Are browser inconsistencies the “Flash killer” killer?

It looks like the W3C is chucking the video codec specification out of HTML5. Audio, too. That must have been hard; a standard implementation for online media is a big deal, and it was apparently right about to happen.

Too bad that the people implementing our standards are Apple, Mozilla, Nokia and Microsoft. Inevitably these companies would start making power plays, but I didn’t expect any type of fallout this early in HTML5’s life cycle.

I don’t know much about standards or software politics– I write apps for a proprietary platform that just about everybody has– but I feel that whatever “takes out” Flash, as some people have been hoping HTML5 would, will not come from this peanut gallery of power-hungry industry giants. After all, <video> and <audio> are only two of several new “rich web” features of HTML5. Can we count on these bozos to agree on the <canvas> tag? HTML5 won’t compete with Flash if there is any discrepancy there. And what about local data storage for web apps? I doubt Nokia and Opera will agree on one implementation for that.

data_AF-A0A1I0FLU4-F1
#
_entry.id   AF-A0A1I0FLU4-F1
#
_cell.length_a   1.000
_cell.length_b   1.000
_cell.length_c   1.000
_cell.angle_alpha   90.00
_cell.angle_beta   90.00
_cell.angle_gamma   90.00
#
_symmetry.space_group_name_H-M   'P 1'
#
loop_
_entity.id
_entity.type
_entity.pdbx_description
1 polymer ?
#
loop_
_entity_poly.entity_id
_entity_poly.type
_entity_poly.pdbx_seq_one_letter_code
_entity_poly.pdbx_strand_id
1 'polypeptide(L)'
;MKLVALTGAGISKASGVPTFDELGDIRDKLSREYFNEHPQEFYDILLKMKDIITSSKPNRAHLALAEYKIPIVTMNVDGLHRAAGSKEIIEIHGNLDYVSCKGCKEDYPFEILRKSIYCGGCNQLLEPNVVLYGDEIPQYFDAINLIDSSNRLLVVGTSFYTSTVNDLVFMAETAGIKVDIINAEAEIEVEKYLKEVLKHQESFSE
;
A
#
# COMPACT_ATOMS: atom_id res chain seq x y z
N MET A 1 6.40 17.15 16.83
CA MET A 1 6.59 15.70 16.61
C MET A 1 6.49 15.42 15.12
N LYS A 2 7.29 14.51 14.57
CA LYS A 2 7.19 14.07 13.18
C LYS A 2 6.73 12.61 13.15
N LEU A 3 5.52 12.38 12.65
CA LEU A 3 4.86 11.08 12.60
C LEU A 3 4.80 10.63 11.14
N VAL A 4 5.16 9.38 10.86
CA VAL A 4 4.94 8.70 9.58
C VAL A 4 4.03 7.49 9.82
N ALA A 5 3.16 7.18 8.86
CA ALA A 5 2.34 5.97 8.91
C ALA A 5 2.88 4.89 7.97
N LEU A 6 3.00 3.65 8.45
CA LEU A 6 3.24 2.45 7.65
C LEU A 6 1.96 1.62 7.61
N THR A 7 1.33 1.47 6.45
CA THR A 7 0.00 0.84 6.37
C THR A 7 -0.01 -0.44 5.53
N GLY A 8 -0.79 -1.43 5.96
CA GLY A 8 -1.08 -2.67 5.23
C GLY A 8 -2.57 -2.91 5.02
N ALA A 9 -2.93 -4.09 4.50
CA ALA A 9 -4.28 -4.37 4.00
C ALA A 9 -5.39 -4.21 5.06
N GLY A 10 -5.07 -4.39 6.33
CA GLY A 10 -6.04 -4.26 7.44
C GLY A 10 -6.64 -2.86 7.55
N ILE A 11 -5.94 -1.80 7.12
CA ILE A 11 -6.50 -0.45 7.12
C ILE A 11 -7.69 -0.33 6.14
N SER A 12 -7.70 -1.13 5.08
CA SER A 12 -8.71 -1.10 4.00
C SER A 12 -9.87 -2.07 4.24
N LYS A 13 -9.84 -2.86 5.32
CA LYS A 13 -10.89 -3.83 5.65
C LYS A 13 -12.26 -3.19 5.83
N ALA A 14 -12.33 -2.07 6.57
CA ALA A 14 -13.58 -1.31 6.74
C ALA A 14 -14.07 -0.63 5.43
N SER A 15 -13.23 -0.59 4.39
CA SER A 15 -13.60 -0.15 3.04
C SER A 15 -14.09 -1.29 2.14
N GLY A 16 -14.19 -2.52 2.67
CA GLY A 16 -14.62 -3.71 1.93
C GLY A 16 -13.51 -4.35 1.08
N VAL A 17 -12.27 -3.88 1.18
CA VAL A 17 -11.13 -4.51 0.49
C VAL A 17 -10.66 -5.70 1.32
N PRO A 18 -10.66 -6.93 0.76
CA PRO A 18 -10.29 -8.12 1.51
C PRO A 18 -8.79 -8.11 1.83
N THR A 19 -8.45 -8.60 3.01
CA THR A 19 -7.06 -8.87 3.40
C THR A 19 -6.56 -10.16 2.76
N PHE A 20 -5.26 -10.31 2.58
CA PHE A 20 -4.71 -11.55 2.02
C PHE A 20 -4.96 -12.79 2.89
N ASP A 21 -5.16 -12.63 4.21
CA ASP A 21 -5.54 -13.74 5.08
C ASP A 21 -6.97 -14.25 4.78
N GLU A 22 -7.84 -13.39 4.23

This bickering is only temporary, I’m sure. Markets swing, giants shift their weight and standards get worked out. But in the meantime, Flash implements all of these features in the same way across all browsers today (mostly) with very little competition, and is already delivering even richer web content that certainly won’t make it to HTML5 for at least a decade. For pete’s sake.

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